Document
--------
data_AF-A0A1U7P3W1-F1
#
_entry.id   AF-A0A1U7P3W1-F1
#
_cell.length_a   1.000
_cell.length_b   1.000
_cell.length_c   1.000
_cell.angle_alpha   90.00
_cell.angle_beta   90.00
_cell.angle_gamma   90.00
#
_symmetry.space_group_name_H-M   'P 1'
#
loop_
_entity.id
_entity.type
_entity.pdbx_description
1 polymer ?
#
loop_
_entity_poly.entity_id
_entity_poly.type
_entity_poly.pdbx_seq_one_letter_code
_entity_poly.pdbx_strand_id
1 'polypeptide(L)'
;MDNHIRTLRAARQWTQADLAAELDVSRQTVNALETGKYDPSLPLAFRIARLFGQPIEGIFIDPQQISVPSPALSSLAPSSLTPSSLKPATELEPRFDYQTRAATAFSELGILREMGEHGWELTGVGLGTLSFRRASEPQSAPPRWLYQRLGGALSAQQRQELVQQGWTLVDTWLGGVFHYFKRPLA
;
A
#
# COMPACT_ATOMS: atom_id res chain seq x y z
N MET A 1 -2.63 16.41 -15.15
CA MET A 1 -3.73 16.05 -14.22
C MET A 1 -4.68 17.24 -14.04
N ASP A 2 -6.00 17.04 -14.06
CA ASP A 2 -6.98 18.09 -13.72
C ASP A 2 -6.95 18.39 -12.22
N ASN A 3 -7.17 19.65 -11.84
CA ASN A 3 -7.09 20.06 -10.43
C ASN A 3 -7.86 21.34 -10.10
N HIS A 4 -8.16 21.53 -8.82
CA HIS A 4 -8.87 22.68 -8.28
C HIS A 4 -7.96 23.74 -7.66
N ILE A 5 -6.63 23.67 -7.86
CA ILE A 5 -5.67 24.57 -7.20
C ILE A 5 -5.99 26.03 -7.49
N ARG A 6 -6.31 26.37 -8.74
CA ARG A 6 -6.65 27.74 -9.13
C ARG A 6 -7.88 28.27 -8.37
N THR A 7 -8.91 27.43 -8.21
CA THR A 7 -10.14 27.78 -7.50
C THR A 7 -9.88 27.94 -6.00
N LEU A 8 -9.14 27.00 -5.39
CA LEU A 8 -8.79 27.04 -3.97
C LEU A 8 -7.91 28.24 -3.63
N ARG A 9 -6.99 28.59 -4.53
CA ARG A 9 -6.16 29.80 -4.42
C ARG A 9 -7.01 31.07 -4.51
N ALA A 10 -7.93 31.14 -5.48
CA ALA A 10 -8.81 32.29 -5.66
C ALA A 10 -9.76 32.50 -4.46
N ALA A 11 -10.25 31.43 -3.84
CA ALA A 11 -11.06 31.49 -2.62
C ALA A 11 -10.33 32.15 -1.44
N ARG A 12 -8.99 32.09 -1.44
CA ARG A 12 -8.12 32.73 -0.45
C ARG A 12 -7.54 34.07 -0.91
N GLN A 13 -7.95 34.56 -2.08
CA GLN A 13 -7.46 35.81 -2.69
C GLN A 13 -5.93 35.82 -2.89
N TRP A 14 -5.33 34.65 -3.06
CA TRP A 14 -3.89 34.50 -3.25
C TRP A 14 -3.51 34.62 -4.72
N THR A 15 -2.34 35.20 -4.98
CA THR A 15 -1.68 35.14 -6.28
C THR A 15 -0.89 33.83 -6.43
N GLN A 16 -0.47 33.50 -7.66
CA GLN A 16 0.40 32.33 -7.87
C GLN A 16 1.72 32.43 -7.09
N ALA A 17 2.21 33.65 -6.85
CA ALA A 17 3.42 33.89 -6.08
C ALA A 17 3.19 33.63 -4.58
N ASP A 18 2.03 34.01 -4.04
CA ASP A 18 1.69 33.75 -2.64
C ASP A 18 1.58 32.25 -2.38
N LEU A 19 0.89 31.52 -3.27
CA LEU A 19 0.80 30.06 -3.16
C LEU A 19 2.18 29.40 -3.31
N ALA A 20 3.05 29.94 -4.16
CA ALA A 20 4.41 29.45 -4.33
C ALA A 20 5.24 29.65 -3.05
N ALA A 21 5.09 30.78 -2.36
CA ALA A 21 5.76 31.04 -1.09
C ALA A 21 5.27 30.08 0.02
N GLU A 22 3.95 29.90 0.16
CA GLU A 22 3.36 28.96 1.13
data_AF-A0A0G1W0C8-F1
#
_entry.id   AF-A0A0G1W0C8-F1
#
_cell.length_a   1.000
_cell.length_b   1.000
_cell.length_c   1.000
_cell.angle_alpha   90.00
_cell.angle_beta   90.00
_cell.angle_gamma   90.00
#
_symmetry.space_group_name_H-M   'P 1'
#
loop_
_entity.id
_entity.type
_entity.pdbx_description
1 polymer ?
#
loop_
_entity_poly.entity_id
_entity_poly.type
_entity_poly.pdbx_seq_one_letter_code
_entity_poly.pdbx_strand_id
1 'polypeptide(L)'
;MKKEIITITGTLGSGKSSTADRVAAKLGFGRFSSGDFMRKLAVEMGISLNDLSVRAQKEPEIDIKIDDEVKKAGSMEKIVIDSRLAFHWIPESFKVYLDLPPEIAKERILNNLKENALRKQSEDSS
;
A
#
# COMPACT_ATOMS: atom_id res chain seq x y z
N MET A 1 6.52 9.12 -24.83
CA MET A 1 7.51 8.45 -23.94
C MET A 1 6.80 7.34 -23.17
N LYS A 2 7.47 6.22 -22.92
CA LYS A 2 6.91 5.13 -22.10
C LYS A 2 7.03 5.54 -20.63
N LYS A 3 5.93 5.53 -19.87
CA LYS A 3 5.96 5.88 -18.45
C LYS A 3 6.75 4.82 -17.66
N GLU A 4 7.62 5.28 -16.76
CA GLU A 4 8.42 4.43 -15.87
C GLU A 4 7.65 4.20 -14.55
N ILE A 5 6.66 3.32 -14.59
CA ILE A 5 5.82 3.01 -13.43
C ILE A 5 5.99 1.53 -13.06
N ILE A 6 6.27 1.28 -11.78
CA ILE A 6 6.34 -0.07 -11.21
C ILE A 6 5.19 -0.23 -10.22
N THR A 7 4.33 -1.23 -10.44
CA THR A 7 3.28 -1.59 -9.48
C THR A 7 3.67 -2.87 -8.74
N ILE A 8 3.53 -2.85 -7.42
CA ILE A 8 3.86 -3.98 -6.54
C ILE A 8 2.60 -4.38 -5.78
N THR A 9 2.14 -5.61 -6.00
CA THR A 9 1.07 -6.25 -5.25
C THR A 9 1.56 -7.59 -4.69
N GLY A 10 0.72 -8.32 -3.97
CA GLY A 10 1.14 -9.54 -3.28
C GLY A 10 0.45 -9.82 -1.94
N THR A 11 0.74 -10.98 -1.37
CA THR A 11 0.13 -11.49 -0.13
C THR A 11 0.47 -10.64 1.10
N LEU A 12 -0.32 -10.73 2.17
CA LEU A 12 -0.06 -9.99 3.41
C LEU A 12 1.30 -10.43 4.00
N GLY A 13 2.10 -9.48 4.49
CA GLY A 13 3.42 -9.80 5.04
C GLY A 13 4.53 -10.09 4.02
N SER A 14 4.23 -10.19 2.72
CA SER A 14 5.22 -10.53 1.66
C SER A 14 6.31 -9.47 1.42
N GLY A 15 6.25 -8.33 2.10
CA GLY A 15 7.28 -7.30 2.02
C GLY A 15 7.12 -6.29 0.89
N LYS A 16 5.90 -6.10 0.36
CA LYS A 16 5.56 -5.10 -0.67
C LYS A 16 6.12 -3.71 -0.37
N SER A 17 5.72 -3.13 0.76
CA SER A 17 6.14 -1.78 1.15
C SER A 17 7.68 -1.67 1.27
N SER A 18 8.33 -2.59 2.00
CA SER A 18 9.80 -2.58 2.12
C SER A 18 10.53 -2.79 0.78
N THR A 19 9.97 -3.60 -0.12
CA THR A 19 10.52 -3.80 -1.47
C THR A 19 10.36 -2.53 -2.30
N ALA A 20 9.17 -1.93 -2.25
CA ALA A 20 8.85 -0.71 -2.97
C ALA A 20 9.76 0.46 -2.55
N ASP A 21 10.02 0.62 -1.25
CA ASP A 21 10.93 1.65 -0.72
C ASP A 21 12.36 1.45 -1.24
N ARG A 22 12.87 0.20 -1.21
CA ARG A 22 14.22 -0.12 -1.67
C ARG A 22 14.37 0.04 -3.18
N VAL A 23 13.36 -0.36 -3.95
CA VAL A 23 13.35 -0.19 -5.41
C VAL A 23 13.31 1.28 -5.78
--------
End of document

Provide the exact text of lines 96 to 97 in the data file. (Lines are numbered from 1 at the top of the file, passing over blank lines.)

data_AF-A0A0G1W0C8-F1
#